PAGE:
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THE ARSENAL AT SPRINGFIELD. This is the Arsenal. From floor to ceiling,
Like a huge organ, rise the burnished arms; But from their silent pipes no anthem pealing
Startles the villages with strange alarms. Ahl what a sound will rise, how wild and dreary,
When the death angel touches those swift keys! What loud lament and dismal Miserere
Will mingle with their awful symphonies ! I hear even now the infinite fierce chorus,
The cries of agony, the endless groan, Which, through the ages that have gone before us,
In long reverberations reach our own. On helm and harness rings the Saxon hammer, Through Cimbric forest roars the Norseman's
song, And loud, amid the universal clamour,
O'er distant deserts sounds the Tartar gong. I hear the Florentine, who from his palace
Wheels out his battle-bell with dreadful din, And Aztec priests upon their teocallis
Beat the wild war-drums made of serpent's skin;
The tumult of each sacked and burning village;
The shout that every prayer for mercy drowns ; The soldiers' revels in the midst of pillage;
The wail of famine in beleaguered towns ; The bursting shell, the gateway wrenched asunder,
The rattling musketry, the clashing blade;
The diapason of the cannopade.
With such accursed instruments as these,
Thou drownest Nature's sweet and kindly voices,
And jarrest the celestial harmonies ?
Were half the power that fills the world with terror, Were half the wealth bestowed on camps and
courts, Given to redeem the human mind from error,
There were no need of arsenals nor forts :
The warrior's name would be a name abhorred!
And every nation, that should lift again Its hand against a brother, on its forehead
Would wear for evermore the curse of Cain !
Down the dark future, through long generations, The echoing sounds grow fainter, and then
cease! And like a bell, with solemn, sweet vibrations, I hear once more the voice of Christ say,
“ Peace !"
Peace! and no longer from its brazen portals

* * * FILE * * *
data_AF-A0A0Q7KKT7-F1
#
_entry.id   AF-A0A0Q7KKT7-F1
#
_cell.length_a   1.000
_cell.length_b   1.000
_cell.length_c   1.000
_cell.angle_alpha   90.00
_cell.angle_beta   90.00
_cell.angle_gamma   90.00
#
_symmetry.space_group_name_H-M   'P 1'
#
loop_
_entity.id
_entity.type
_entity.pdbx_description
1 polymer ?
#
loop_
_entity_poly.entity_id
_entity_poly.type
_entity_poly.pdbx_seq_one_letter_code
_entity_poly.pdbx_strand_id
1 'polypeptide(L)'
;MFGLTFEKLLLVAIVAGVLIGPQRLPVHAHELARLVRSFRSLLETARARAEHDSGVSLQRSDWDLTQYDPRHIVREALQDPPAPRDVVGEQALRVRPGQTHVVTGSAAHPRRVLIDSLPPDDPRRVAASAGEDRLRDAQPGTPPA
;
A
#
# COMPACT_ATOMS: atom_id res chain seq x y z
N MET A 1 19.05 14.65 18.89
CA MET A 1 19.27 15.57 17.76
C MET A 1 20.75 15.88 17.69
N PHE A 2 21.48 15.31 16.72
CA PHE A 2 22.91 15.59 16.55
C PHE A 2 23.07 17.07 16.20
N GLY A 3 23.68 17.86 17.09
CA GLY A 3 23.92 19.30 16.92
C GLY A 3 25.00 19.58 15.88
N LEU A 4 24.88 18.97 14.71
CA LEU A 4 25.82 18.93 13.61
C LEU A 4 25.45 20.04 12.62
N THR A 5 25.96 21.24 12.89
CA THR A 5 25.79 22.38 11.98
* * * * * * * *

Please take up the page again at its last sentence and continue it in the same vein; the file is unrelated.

The blast of War's great organ shakes the skies! But beautiful as songs of the immortals,
The holy melodies of love arise.
In the valley of the Pegnitz, where across broad
meadow lands Rise the blue Franconian mountains, Nuremberg,
the ancient, stands. Quaint old town of toil and traffic, quaint old town
of art and song, Memories haunt thy pointed gables, like the rooks
that round thein throng :
Memories of the Middle Ages, when the emperors,
rough and bold, Had their dwelling in thy castle, time-defying,
centuries old ; And thy brave and thrifty burghers boasted, in
their uncouth rhyme, That their great imperial city stretched its hand
through every clime." In the court-yard of the castle, bound with many
an iron band, Stands the mighty linden, planted by Queen Cuni
gunde's hand; On the square the oriel window, where in old
heroic days Sat the poet Melchior, singing Kaiser Maximi
lian's praise. 10 Everywhere I see around me rise the wondrous
world of Art, Fountains wrought with richest sculpture standing
in the common mart;
And above cathedral doorways, saints and bishops
carved in stone, By a former age commissioned as apostles to our
In the church of sainted Sebald sleeps enshrined
his holy dust, 11 And in bronze the Twelve Apostles guard from
age to age their trust;
In the church of sainted Lawrence stands a pix of
sculpture rare, Like the foamy sheaf of fountains, rising through
the painted air.
Here, when Art was still religion, with a simple,
reverent heart, Lived and laboured Albrecht Dürer, the Evan
gelist of Art; Hence in silence and in sorrow, toiling still with
busy hand, Like an emigrant he wandered, seeking for the
Emigravit is the inscription on the tombstone
where he lies; Dead he is not,--but departed, -for the artist
Fairer seems the ancient city, and the sunshine
seems more fair, That he once has trod its pavement, that he once
has breathed its air !
Through these streets so broad and stately, these
obscure and dismal lanes, Walked of yore the Master-singers, chanting rude
From remote and sunless suburbs, came they to
the friendly guild, Building nests in Fame's great temple, as in spouts
the swallows build.
As the weaver plied the shuttle, wove he too the
mystic rhyme, And the smith his iron measures hammered to the
anvil's chime; Thanking God, whose boundless wisdom makes
the flowers of poesy bloom In the forge's dust and cinders, in the tissues of
Here Hans Sachs, the cobbler poet, laureate of the
gentle craft, Wisest of the Twelve Wise Masters, 13 in huge
folios sang and laughed.
But his house is now an alehouse, with a nicely
sanded floor, And a garland in the window, and his face above
the door; Painted by some humble artist, as in Adam Pusch
man's song, As the old man gray and dove-like, with his great
beard white and long.
And at night the swart mechanic comes to drown
his cark and care, Quaffing ale from pewter tankards, in the master's
Vanished is the ancient splendour, and before my
dreamy eye Wave these mingling shapes and figures, like a
Not thy Councils, not thy Kaisers, win for thee
the world's regard ; But thy painter, Albrecht Dürer, and Hans Sachs,
Thus, 0 Nuremberg, a wanderer, from a region As he paced thy streets and court-yards, sang in
thought his careless lay: Gathering from the pavement's crevice, as a
floweret of the soil, The nobility of labour,--the long pedigree of toil.